Color Me Vegan By Colleen Patrick-Goudreau

Color Me Vegan By Colleen Patrick-Goudreau

Color Me Vegan By Colleen Patrick-Goudreau

Colleen Patrick-Goudreau’s cookbook Color Me Vegan: Maximize Your Nutrient Intake and Optimize Your Health by Eating Antioxidant-Rich, Fiber-Packed, Color-Intense Meals That Taste Great celebrates the incredible natural beauty of plant-based foods.

Just flipping through it pages and taking in their spectrum of hues energized me! In keeping with its title’s theme, each of Color Me Vegan’s eight chapters focuses on plant foods of different colors.

The differences lie in the phytochemicals all plants produce as protection against pests and disease. But phytochemicals also benefit us, as Patrick-Goudreau explains in her Introduction:

Consuming an assortment of plant foods… means taking in a variety of healthful properties, which affect different parts of our bodies… Lycopene found in tomatoes …concentrates in the prostate gland of men. Lutein and zeaxanthin… found in spinach and corn … concentrate in the retina and lens of the eye, contributing to a reduce risk of cataracts and macular degeneration. This is why color variety is important.”

Adding to the fun are 150 recipes complete with little-known facts and fascinating cooking tips. Take this tidbit from Drunken Beans (Frijoles Borrachos):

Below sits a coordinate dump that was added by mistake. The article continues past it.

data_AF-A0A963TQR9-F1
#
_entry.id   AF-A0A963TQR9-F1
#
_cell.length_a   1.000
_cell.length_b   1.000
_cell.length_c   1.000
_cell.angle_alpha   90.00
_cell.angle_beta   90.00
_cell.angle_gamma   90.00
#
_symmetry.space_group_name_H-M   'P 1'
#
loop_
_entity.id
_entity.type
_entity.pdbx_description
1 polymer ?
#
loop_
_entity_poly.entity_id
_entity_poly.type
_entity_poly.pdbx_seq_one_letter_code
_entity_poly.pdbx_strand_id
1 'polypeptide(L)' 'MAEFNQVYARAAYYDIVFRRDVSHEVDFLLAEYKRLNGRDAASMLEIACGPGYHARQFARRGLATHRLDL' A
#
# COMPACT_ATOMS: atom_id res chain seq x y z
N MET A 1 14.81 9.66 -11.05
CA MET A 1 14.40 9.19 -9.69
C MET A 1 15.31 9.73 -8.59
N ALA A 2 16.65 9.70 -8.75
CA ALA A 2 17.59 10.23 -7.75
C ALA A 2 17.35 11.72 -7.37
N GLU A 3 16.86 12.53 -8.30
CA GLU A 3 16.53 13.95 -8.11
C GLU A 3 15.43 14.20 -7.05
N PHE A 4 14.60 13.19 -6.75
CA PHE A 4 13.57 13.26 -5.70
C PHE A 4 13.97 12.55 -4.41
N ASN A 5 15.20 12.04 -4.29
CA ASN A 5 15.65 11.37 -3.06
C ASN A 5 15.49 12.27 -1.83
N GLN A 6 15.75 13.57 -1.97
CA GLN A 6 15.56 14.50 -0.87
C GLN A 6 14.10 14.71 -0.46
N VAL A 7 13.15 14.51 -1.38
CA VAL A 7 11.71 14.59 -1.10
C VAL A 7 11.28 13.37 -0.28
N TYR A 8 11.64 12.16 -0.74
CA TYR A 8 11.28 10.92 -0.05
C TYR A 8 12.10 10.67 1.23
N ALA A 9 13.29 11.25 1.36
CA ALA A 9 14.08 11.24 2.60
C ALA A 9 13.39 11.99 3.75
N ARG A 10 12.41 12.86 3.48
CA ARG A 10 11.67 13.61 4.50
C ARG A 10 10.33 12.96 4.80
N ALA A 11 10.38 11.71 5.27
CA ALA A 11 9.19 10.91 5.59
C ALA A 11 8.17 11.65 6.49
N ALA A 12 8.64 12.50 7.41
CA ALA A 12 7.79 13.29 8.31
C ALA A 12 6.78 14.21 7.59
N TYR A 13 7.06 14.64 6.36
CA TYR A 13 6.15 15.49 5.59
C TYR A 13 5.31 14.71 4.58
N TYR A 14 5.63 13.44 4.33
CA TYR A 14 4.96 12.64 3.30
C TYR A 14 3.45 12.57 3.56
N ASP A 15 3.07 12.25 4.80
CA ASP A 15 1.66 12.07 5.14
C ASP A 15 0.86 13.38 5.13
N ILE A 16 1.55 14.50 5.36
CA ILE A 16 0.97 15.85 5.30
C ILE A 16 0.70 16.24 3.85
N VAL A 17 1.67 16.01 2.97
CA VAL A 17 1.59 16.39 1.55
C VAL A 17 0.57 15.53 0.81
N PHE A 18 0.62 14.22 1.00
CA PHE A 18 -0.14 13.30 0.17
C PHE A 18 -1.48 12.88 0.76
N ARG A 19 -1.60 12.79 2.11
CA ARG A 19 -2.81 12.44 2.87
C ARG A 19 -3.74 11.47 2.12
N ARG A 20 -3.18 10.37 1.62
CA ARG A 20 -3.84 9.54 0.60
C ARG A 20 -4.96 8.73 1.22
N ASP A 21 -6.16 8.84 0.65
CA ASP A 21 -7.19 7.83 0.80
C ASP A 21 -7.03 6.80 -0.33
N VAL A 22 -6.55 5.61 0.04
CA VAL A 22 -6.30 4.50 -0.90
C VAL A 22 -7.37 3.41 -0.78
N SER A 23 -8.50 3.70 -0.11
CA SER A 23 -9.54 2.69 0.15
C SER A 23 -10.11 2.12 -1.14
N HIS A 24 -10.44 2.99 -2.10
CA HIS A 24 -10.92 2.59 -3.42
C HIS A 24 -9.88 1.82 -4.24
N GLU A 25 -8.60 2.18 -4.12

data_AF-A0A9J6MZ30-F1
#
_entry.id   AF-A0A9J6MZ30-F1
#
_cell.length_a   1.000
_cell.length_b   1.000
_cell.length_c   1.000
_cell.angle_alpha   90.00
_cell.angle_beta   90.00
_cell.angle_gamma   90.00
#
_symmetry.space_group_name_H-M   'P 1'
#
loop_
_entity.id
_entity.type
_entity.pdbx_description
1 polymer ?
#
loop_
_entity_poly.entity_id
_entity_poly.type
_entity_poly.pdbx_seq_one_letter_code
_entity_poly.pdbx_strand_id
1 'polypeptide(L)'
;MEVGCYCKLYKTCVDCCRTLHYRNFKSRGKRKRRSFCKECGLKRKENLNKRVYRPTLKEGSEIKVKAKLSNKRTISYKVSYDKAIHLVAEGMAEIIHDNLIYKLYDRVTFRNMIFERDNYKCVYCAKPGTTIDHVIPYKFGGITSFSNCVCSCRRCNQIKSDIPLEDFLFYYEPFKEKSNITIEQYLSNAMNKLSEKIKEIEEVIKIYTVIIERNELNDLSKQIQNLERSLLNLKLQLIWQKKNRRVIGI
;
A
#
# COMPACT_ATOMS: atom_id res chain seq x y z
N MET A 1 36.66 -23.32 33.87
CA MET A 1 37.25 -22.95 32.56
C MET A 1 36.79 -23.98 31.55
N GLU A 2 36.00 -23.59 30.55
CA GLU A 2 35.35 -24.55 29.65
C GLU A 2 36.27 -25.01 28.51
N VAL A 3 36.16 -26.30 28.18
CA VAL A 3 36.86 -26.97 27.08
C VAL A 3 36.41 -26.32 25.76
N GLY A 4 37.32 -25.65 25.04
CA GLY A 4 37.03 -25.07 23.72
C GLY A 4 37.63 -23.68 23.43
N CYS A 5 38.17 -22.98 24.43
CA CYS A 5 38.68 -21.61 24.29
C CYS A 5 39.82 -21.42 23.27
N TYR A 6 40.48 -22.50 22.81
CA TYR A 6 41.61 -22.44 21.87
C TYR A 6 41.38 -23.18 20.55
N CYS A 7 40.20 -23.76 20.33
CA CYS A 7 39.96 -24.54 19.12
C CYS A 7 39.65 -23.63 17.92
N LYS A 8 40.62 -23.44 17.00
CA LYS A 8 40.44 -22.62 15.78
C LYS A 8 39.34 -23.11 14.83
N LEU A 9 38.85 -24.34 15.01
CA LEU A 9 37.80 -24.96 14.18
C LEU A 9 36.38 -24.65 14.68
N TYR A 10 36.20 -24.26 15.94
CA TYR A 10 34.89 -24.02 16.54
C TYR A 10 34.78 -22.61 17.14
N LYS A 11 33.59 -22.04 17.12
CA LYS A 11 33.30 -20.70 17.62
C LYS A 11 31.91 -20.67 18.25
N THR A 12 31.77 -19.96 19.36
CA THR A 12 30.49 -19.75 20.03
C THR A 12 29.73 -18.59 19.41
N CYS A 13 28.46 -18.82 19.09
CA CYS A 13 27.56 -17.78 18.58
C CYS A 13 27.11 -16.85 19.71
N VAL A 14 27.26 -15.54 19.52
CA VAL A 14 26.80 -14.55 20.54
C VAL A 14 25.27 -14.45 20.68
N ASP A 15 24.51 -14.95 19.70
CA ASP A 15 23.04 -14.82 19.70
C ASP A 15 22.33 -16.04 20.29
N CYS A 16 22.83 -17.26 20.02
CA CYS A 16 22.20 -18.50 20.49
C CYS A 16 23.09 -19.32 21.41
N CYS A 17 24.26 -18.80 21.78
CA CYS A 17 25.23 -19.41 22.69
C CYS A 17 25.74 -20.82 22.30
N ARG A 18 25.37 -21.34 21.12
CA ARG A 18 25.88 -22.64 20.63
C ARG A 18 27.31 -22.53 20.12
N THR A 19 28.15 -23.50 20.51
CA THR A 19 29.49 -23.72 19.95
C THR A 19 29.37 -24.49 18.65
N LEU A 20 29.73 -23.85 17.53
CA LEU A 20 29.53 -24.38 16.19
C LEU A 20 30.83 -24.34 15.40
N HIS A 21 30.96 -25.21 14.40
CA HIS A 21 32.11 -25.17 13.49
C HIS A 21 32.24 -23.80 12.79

“Most people have seen cooked pinto beans, which boast a pink color, but before they’re cooked, the reason for their name is more obvious: their beige background is strewn with reddish brown splashes of color making them look ‘painted’ which is what pinto means in Spanish.”

She also notes that one cup of cooked pinto beans contains nearly 60 percent of the recommended daily intake for fiber. 

In Chapter 4, “Color Me Green: The Pigment of Life,” Patrick-Goudreau recommends consuming a pound of greens every day. But she looks beyond leafy greens to green veggies (and even fruits, nuts and seeds!):

“Among the artichokes, asparagus, broccoli rabe, asparagus, broccoli rave, Brussels sprouts, celery, cabbage, collard greens, cucumbers, edamame, fennel, green onion, green beans, green bell peppers, jalapeño peppers, kale, limes, lettuce, okra, peas, spinach, Swiss chard, and zucchini squash, you will find such fruits as avocado, cucumbers, green grapes, honeydew, and kiwi; nuts such as pistachios; and seeds such as pumpkin.”

Color me Vegan is SO much more than a cookbook! It’s also a colorful extension of the author’s philosophy of joyful veganism.

I’ve given it a prominent place on my kitchen shelf — and I recommend you do the same!

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